The October USDA report says that the prices of grains have risen sharply recently, and that's bad news for all of us consumer who eat food (presumably that includes you!). Because much of the meat industry uses grain as feed, this price increase will likely cause meat prices to increase along with the price of cereal and other grain-based foods.
This news may not be as bad as you might expect, though, because the cost of raw ingredients is just one in a multitude of others, as a recent NPR report points out. In fact, that very article points out that the most expensive part of cereal production is the gasoline required to deliver it. And that's why a spike in gas prices is going to cause a prompt increase in grocery prices, whereas a spike in grain prices may or may not make your cereal cost more.
That seems very backwards and is somewhat disturbing to me, by the way...that the raw material for a food product is one of the smallest expenses. I'd really prefer for more of my food dollar to go towards, you know, food, instead of towards packaging, marketing, and delivery.
But, I digress.
What will happen if food prices do increase at a rate that mirrors the price of grains?
I can't tell you that exactly, but I can tell you what I won't be doing: freaking out. And you probably don't need to freak out either.
Because for most of us, 3% just doesn't amount to a huge pile of money.
Want some numbers?
I generally spend $100/week to feed my family of 6, and I do this by buying mostly ingredient-type foods instead of convenience foods. If grocery prices rise 3%, I'll be paying $3 more per week, or $156 more than usual over the course of a year.
A household that spends $200 a week will be paying $312 more per year, and the household that spends $300 a week will spend an extra $468 per year.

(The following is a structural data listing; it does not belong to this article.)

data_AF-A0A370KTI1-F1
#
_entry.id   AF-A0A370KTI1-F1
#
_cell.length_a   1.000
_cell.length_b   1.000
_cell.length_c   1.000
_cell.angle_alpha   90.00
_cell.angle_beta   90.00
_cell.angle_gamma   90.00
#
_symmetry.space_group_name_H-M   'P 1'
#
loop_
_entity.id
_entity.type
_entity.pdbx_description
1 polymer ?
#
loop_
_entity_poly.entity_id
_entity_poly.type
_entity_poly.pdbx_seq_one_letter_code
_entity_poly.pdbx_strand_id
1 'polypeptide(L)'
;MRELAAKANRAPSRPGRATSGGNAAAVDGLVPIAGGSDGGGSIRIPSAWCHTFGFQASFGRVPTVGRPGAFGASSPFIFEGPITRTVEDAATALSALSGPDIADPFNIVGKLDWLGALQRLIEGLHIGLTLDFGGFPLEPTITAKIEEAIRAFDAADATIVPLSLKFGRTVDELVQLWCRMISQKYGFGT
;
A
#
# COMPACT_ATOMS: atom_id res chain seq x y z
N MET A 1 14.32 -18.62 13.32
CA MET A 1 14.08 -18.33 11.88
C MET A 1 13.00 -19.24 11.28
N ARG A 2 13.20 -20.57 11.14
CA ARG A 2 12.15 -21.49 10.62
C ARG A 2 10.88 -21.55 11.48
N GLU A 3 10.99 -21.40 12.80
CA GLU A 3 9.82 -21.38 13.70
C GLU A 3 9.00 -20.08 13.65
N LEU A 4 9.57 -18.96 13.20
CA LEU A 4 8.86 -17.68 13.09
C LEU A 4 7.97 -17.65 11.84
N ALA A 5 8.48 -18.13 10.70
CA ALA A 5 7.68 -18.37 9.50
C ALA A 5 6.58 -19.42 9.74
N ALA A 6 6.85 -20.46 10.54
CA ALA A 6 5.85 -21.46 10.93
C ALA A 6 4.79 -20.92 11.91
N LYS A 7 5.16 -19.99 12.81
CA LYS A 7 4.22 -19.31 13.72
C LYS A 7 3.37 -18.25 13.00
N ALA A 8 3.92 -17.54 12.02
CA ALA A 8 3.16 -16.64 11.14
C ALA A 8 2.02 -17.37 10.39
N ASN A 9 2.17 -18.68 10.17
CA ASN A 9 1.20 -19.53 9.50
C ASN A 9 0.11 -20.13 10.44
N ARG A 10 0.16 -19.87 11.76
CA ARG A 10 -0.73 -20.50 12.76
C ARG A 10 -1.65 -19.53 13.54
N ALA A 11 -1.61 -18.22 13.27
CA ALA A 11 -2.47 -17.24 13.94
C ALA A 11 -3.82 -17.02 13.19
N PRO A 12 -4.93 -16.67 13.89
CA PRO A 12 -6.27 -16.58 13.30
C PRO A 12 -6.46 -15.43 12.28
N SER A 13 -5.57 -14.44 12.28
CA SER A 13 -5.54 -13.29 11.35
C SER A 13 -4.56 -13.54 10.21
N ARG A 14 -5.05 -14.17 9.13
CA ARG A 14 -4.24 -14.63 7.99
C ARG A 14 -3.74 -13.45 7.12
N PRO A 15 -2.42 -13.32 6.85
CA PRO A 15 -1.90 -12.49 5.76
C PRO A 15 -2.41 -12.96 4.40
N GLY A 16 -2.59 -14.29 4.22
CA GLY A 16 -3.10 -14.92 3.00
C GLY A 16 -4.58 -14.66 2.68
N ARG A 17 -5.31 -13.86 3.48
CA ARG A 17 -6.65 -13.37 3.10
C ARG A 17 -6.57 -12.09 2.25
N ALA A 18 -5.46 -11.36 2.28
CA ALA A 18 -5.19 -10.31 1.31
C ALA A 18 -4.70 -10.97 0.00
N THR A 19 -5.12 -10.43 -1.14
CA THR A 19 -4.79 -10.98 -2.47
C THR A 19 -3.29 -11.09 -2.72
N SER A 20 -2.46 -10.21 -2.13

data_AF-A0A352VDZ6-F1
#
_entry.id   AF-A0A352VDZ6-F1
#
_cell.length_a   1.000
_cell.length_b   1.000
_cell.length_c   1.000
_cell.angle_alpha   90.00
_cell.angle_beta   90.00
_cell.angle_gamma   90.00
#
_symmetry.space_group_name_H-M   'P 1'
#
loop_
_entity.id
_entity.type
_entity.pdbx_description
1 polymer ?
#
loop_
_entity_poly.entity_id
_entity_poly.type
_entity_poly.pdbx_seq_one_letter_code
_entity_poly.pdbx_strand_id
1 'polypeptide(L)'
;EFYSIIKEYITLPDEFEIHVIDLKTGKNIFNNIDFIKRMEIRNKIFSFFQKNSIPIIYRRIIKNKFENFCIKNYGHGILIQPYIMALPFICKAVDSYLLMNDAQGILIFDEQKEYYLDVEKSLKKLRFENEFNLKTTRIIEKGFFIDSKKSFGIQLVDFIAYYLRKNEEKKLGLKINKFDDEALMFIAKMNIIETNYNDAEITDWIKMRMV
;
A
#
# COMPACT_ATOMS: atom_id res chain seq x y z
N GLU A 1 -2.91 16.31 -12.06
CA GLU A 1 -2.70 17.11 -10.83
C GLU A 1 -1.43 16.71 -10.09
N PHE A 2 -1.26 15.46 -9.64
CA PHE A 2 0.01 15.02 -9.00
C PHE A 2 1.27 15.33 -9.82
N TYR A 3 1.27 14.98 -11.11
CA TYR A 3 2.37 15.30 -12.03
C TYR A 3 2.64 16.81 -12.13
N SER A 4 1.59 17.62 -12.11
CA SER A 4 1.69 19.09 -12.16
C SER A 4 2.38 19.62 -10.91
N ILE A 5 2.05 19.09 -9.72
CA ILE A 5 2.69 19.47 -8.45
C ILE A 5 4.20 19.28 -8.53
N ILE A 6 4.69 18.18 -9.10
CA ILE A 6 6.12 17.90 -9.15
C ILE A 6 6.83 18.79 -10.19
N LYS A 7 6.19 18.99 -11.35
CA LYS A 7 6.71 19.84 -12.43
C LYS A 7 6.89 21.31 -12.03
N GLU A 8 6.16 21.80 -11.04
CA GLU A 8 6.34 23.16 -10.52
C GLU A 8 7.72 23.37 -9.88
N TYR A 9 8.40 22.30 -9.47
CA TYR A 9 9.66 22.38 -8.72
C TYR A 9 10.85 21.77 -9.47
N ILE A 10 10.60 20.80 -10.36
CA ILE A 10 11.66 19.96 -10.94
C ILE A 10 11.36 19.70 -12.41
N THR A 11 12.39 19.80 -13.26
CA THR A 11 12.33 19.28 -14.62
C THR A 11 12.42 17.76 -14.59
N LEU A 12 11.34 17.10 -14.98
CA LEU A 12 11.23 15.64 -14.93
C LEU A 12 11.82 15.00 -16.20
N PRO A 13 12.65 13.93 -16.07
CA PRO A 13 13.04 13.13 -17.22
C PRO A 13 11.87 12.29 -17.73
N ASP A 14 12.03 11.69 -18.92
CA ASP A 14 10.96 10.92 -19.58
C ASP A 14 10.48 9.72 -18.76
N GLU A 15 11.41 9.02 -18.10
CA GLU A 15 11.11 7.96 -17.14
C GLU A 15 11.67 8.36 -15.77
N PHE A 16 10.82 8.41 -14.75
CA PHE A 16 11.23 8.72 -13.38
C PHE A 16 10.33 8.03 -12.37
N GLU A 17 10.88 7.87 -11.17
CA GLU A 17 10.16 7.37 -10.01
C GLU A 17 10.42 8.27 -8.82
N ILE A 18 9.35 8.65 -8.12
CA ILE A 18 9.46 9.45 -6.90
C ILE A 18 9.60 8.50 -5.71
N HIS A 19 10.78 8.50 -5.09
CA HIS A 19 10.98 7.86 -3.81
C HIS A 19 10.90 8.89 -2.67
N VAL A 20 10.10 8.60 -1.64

$468 sounds like something to freak out about, but really, it's only $9 a week.
Now, if your budget is tight enough to make a $9/week increase a notable event, you probably aren't spending $300/week on food in the first place. You're probably at or below the $100/week spending mark, and that means that your spending is only going to go up by a few dollars each week.
So, yeah...I'm not thinking this is a huge deal.
If your brain is stubbornly persisting in freak-out mode, though, or if you'll just feel better if you can do something about this, here are a few suggestions.
1. Buy ingredients instead of ready-to-eat foods.
If you buy foods that are closer to the ingredient end of the continuum than the finished-product end, your food costs and price increases aren't going to be so scary.
For instance, the price of a pound of oatmeal is around $0.99 and the price per pound of ready-to-eat cereal is more like $3-4. If the price of grain did something as awful as doubling, the oatmeal would only increase by $1, but the ready-to-eat cereal would increase by $3.
Not only are ingredient-type foods less expensive (mostly because they have less packaging and a smaller marketing budget), they also tend to be healthier. So, basically they're a win-win-win-win. Or something like that.
2. Drink water.
The tap variety, preferably. It's nigh onto free, and it's not going to be subject to the 3% price hike, unlike bottled water (which is sometimes just insanely expensive tap water!).
If your tap water tastes weird, buy a water pitcher filter. If you need to take water with you, buy a stainless steel canteen and fill it up before you leave home.
Considering that the average American drinks 50 gallons of sweetened beverages in a year, this change alone could save you a respectable amount of money (at $3/gallon, 50 gallons will cost you $150 annually).
3. Look at cutting other areas in your budget.
If you're one of those $300/week households that will spend $9 more per week after prices rise, and you feel like you absolutely can't manage to cut your grocery spending back, look at other expenses in your budget. Maybe you could skip a monthly movie theater trip -- do Netflix and popcorn at home. Maybe you could get by with fewer clothes or shoes. Maybe you could switch to a cheaper cell phone plan -- I use a pre-paid phone that resembles a brick.
4. Eat at home.
This one falls under the previous heading, but I felt it deserved its own number.
If a 3% grocery bill increase is making you feel uneasy, take a serious look at how much it costs to eat out. For my family of six, a takeout meal can easily cost $20-$30 and a sit down meal runs us $60-$80. In contrast, I can buy a week's worth of groceries for $100, which means that our average at-home meal costs us only $5.
$5! Eating at home is such a bargain. Even if you spend twice as much as I do, the at-home meal is only going to cost $10, and that's still a fabulous bargain.
So, what do you think? Are you feeling worried about the looming 3% increase, and will you be making any financial changes as a result of it?
Kristen writes about cheerfully living on less at The Frugal Girl. She's a photography and baking nut, and a happy wife (of one) and mom (of four).
More from living